By Uday Nayar, VP of Strategy and Planning, Merkle
Well before the COVID-19 pandemic was on anyone’s radar, B2B marketers were being challenged to keep pace with the seamless experiences that customers have come to expect on the consumer sides of their lives. Now, in the wake of that pandemic, B2B customer expectations have increasingly demanded that those experiences include a new dimension: the capability for smooth e-commerce transactions.
As B2B brands look to enable direct e-commerce transactions at an enterprise level, they must approach the process as a delicate balancing act. Let’s look at the areas they need to consider when planning their transformation, as well as the benefits they can expect when they get to the other side.
The Pillars of B2B E-Commerce Transformation
For many B2B brands, the majority of effort that has historically been put into enabling e-commerce transactions has been focused on small businesses—enabling smaller-scale direct transactions for lower-priority accounts where the full weight of the distribution channel need not be brought to bear. But now, particularly as the millennial workforce moves into place and the pandemic continues to fundamentally alter the customer journey, even enterprise clients are looking for the control and convenience of lower-touch e-commerce transactions. So what do B2B brands need to consider as they look to enable e-commerce at the enterprise level?
Web engines and customer experiences. At a most basic level, to keep pace with customer demands, B2B brands will have to integrate an e-commerce engine into their existing web experiences—which isn’t a simple feat in and of itself. But perhaps more importantly, B2B marketers must also adapt the customer journeys and marketing strategies that drive people to these engines. This requires a wholesale reevaluation of marketing channels, messaging and creative to build the brand-direct feel that buyers will expect.
Infrastructure and relationships. Unfortunately, the enablement of e-commerce engines and direct marketing tactics are the simplest part of making the pivot to B2B e-commerce. Unlike their B2C counterparts, B2B brands must also take into consideration their supply chain and fulfillment networks, which typically represent a complex web of agents, distributors, warehouses and other partners, all of whom have a vested interest in the B2B brand’s sales model. As B2B brands make their pivots, they must look to ease friction and decide where it might make sense to enable e-commerce transactions with valued partners, versus the brand itself.
Team structure. Finally, B2B marketers must account for the changes that a shift to e-commerce sales will demand of their own internal teams. Without a doubt, enabling brand-direct transactions will have significant implications for a B2B brand’s sales, demand generation and account-based marketing teams. The speed at which client engagements occur will greatly accelerate under direct e-commerce models, and sales and marketing teams must be equipped not just to respond, but to also capitalize on the opportunities opened by new direct access to buyers. Open teaming setups, in which team structures are approached in a fluid manner, encourage cross-departmental organization around a business goal, helping marketers break down the silos that may inhibit these types of shifts.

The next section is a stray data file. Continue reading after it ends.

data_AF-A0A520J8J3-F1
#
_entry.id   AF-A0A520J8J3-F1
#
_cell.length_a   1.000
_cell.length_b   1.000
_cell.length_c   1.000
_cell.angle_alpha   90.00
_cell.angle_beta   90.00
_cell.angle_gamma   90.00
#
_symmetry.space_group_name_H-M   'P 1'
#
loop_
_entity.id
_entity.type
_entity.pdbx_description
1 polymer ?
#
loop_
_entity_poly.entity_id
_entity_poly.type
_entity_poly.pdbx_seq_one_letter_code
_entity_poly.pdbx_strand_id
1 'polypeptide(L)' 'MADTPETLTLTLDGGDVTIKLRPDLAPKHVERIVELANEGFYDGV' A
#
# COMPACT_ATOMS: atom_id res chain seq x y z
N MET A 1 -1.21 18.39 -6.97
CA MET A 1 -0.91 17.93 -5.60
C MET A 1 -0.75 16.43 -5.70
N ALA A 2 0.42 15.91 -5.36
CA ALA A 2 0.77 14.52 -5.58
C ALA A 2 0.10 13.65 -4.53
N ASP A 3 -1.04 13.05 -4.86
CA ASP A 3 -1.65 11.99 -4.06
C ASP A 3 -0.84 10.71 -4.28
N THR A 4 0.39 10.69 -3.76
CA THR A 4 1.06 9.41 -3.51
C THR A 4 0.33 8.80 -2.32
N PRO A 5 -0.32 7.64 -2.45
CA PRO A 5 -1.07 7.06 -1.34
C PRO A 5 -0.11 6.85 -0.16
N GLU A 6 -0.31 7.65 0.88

Reaping the Rewards
Despite the complexity of enabling e-commerce within the B2B sales and marketing model, there are significant benefits awaiting the brands that make it to the other side. For one, direct e-commerce enables brands to more fully control a customer’s journey and experience, ensuring every touchpoint adheres to the high standards being set internally. But perhaps even more importantly, it also grants the brand access to new streams of first-party customer data that can be leveraged to better understand, engage, segment and message to customers and prospects throughout their journey.
For most B2B brands, pivoting to enable direct e-commerce experiences is a complex transition that requires realignment and transformation at the very core of their businesses. It’s not as simple as just flipping the switch. Most B2B brands have an intricate ecosystem of distributors, agents, system integrators and more to take into account, not to mention nuanced competitive considerations. However, in light of recent shifts in the business landscape, and as buyers look to streamline their purchasing paths and work directly with the companies that provide the solutions they need, these are important considerations that can no longer be shuffled to the back burner. “We’ve always done it this way” is not a valid reason to stagnate. In a once-in-a-lifetime shock to our economy, now is the time for B2B brands to embrace the “never before.”